A federal judge on Monday rejected the Ute Indian Tribe’s "emergency" request for a preliminary injunction that would have blocked prosecutions of several tribal members charged in state court with offenses that allegedly occurred on tribal lands.
The tribe argued it faces "irreparable harm" if the state prosecutes them before U.S. District Judge Bruce Jenkins has a chance to rule on the merits of its jurisdictional dispute with Uintah and Duchesne counties. At issue is where exactly does tribal jurisdiction end and state jurisdiction begin in the "checkerboard" pattern of tribal trust lands in the Uinta Basin.
But the state has agreed to stay the criminal cases in question pending the outcome of this latest dispute, the judge found. The tribe was not satisfied and wanted assurances that the state would refrain from bringing new cases against its members.
"They are only willing to stay the existing cases. There are several thousand members. We don’t want this issue of the tribe’s boundaries litigated in state court without our knowledge. [When new cases are filed] they should be required to bring it to our attention," argued the tribe’s lawyer Frances Bassett.
But Jenkins didn’t hear her out.
"The tribal members ought to bring it to your attention," he interjected. "It seems to me at this point I don’t have an imminent danger [of harm to the tribe]."
At least 18 lawyers were assembled most of the day in Jenkins’ courtroom, all of them there on the taxpayers’ dime. The tribe’s request for injunctive relief came against the backdrop of a long-running fight that Jenkins plans to revisit next year after the two camps investigate their latest claims and counterclaims.
He was clearly impatient with the lawyers’ failure to agree on the issues to be resolved before coming to court. After the morning session, he invited them to sit down together in his jury room to identify the facts in dispute.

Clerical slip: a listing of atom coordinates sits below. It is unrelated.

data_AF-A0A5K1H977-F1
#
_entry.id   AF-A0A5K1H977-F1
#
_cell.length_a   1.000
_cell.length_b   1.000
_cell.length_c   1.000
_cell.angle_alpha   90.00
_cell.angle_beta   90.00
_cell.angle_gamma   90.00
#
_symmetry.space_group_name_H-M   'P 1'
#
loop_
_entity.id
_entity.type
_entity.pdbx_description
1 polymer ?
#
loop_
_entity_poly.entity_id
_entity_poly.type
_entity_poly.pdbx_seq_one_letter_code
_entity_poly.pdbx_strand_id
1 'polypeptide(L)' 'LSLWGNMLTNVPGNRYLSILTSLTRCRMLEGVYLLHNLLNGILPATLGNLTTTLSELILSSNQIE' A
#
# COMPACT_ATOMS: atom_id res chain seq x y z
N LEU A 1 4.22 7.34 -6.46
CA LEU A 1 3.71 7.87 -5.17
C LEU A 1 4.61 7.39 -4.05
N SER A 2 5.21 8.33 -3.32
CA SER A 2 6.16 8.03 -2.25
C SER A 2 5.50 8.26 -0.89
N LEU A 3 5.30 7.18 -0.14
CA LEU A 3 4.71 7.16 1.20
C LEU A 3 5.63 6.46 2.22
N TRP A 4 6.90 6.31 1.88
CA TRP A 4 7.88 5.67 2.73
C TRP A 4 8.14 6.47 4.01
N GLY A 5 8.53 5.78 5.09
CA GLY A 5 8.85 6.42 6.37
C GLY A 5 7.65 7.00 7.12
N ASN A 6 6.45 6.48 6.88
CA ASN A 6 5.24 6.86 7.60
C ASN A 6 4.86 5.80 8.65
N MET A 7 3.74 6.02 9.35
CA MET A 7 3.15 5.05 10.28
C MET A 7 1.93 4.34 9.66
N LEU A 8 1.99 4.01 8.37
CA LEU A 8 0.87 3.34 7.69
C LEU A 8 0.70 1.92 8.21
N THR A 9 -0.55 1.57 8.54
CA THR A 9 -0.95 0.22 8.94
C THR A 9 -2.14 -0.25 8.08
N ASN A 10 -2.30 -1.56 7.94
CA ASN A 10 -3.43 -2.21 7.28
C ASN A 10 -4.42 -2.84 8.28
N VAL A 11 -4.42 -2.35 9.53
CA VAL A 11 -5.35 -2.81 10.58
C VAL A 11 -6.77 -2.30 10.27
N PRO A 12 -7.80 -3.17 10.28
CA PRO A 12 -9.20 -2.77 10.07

The way the tribe sees it, state and county authorities are violating appellate rulings, a 2000 court order and subsequent agreements that resolved the jurisdictional dispute, which dates back to 1975, by arresting and prosecuting tribal members in "Indian Country."
"They are using [criminal cases] to challenge the tribe’s reservation boundaries and make the tribe lose benefits gained in earlier decisions," Bassett said. "They are coming back to steal another portion of the tribe’s reservation."
The state, counties and some of the basin’s cities say the tribe is violating these agreements by asserting what amounts to "exclusive" jurisdiction over lands in the historic Uintah Valley and Uncompahgre reservations — which cover most of the Uinta Basin.
Over the past century, tribal trust lands have shrunk to the patchwork today known as the Uintah and Ouray Indian Reservation, making it all but impossible for state troopers and sheriff’s deputies to know whether they are making arrests on or off the reservation, lawyers argued.
"There 6,500 miles of roads on 2.8 million acres where there are no signs saying you are entering and leaving tribal lands. There are high-speed chases that cross these lines. Is the defendant off the hook because they crossed trust lands?" said Jesse Trentadue, representing Duchesne County.
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